Scholarship Support Helps Students Succeed Beyond Queens College

Reena AlterReena Alter’s road to Queens College was a long and winding one. Having matriculated at Fairleigh Dickinson University in 2009, Reena had to drop out due to financial issues. After working for seven years as an accounts payable clerk, Reena decided to enroll in QC part-time. “It made the most financial sense and was easiest to get to after work and on weekends.”

In May of 2020, Reena graduated from Queens College with a degree in English. Like all of Queens College students, Reena transitioned to remote learning in the spring. In a fitting conclusion to a semester when classes moved online, Queens College used virtual methods to mark Commencement on May 28—when it was originally scheduled. The College hopes to hold a Commencement ceremony in the future when health circumstances permit. For Reena, “it was such a huge thing I've been working towards for almost 11 years. Being the first in my immediate family to get a bachelor’s degree is a big deal, and my parents were really excited to have that day and that moment.” While she was disappointed not to be able to don her cap and gown and experience graduation on campus with her parents, Reena took pictures at home to commemorate the day and shared the English Department website celebrating all the graduates with her family.

Majoring in English was not her original plan. Having worked in the financial sector, Reena started QC as an accounting major. “When I first enrolled and started taking classes, I was working full-time (50 hours a week!) and taking weekend classes for my accounting degree. When I switched majors, I had to make the choice to cut hours at work (eventually even switching jobs for less pay) in order to be able to make it to two night classes during the week.”

When Reena was making her decision to switch her major to English, Professor Sian Silyn Roberts was a source of encouragement and support—telling Reena “I know this may feel very scary, but I promise you there are jobs out there for English majors.” Reena also credits Professors Ryan Black and Wayne Moreland, who taught her first classes in her new major, as the “absolute best.”

Reena described the relief she felt when she learned she was going to be a recipient of an academic scholarship from the Charles G. Weekes Scholarship Fund. “Money has always been the most stressful thing to navigate. Receiving this scholarship meant that I was (finally) able to finish my degree this year, when before this it would have taken me another two to three years at the pace I was going.”

As part of the scholarship, Reena served as an intern for The Belladonna* Series, a nonprofit lgtbq+ poetry collective, where she learned about publishing at a small press, organizing events and readings, and learning about the grant application process. The scholarship afforded her opportunities that she wouldn’t otherwise have had and has taken some of the financial burden off her shoulders “and for that,” Reena says, “I am forever thankful.” However, the pandemic impacted her internship as well. “The pandemic was a learning curve for everyone, and my internship was no exception,” Reena notes. “Unfortunately it ended up being cut short because most of the work I was doing was in a shared studio space, and there was no way to keep distance and get the work done with the amount of people involved. There also wasn't much that could be done remotely, so ultimately my time at Belladonna was cut in half. “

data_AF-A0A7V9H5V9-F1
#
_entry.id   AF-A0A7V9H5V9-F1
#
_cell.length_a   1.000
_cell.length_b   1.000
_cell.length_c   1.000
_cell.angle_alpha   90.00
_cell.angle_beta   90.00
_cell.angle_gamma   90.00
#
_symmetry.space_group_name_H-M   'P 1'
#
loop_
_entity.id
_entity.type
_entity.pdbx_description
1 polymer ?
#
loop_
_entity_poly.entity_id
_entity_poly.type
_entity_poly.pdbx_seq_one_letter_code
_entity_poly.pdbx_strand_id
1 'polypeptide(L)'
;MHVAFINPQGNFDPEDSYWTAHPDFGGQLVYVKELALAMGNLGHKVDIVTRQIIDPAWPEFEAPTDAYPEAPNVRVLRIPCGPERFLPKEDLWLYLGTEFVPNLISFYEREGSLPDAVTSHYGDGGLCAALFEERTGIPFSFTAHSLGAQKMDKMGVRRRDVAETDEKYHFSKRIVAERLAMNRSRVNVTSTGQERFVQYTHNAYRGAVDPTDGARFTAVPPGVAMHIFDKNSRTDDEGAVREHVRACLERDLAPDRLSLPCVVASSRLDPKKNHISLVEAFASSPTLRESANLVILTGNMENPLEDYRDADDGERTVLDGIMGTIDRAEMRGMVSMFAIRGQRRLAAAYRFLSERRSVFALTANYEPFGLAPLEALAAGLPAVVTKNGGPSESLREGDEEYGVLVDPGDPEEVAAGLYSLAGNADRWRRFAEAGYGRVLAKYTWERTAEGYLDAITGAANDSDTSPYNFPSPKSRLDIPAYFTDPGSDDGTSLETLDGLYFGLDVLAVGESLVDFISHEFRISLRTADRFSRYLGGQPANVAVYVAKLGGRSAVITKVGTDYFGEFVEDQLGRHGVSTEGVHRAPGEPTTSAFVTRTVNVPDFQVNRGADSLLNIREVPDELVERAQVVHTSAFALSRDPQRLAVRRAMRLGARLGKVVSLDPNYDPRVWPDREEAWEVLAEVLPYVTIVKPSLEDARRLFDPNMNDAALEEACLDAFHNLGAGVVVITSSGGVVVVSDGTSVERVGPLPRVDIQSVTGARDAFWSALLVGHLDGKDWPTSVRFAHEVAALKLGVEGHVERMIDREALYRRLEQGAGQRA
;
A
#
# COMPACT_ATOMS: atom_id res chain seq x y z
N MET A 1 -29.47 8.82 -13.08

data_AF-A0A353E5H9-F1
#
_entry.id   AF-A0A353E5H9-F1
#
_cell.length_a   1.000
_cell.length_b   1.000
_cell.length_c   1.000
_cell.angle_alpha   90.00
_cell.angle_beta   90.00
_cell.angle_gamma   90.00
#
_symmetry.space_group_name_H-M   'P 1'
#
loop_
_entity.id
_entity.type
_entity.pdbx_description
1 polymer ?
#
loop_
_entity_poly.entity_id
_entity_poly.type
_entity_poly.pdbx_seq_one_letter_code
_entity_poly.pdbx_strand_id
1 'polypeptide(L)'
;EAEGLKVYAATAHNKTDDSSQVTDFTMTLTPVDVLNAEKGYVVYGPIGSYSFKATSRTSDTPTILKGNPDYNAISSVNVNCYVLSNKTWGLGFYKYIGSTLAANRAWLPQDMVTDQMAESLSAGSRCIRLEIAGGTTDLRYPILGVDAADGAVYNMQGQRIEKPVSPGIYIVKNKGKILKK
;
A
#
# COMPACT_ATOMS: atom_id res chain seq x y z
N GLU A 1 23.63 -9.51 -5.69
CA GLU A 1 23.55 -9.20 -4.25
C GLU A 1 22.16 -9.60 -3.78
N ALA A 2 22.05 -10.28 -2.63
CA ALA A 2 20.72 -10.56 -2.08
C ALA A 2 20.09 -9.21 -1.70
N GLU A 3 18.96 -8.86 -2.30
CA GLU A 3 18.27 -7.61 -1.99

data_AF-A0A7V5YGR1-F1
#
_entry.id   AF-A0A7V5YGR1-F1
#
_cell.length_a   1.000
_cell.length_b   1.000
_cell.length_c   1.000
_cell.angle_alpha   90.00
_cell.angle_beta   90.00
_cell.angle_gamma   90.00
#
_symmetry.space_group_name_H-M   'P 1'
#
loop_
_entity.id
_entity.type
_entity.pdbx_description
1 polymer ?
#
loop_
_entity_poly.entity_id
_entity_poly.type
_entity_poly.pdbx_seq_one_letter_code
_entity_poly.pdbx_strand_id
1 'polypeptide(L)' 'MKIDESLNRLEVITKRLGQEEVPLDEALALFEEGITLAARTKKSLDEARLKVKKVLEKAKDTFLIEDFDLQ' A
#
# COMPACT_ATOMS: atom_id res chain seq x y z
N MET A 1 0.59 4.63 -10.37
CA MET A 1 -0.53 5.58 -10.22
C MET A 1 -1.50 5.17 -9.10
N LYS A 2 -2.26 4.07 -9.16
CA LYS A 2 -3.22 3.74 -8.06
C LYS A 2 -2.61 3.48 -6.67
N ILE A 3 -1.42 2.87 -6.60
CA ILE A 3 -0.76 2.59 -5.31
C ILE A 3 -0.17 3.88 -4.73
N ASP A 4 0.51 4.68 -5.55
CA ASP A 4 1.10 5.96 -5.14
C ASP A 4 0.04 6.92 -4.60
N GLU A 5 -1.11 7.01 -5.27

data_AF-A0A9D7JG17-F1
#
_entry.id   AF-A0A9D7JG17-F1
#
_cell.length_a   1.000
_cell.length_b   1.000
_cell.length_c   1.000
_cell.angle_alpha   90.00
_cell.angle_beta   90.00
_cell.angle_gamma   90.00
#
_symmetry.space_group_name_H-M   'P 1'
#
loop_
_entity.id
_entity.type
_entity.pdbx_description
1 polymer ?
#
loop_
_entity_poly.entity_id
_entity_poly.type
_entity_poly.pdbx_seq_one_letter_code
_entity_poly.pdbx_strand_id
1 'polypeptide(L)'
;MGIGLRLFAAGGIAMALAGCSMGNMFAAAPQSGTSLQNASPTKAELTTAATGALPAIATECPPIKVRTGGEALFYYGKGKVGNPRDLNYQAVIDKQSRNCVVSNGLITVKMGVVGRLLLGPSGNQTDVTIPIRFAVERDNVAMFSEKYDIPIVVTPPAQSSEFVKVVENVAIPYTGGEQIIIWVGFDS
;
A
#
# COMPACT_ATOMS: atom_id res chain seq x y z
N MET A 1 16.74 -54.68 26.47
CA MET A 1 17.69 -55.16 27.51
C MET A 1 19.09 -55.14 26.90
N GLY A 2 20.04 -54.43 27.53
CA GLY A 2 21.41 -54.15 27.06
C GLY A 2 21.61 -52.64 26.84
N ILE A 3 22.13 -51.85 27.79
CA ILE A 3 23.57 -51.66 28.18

Reena’s plans for graduate school have been put on hold due to the pandemic. “I had originally decided to take a break from school to find a job and save up for graduate school. However the job market is not very kind right now and less so if you prefer to work from home during the pandemic. So graduate school is on hold indefinitely until I am able to find work and get back on my feet financially. In the meantime, I've been taking book recommendations from former professors and supplementing my education in that way.” Reena is currently working on a novel. No matter what career she decides on, she knows it will revolve around books and writing.

What would Reena say to someone considering making this kind of gift through a bequest in their will? “Do it! Don’t hesitate. There are students like me who are scraping by, who are packing lunches and studying in their cars and participating in classes and asking questions, and they need your support.” Establishing a scholarship through your will enables future Queens College students to “succeed beyond Queens College.”


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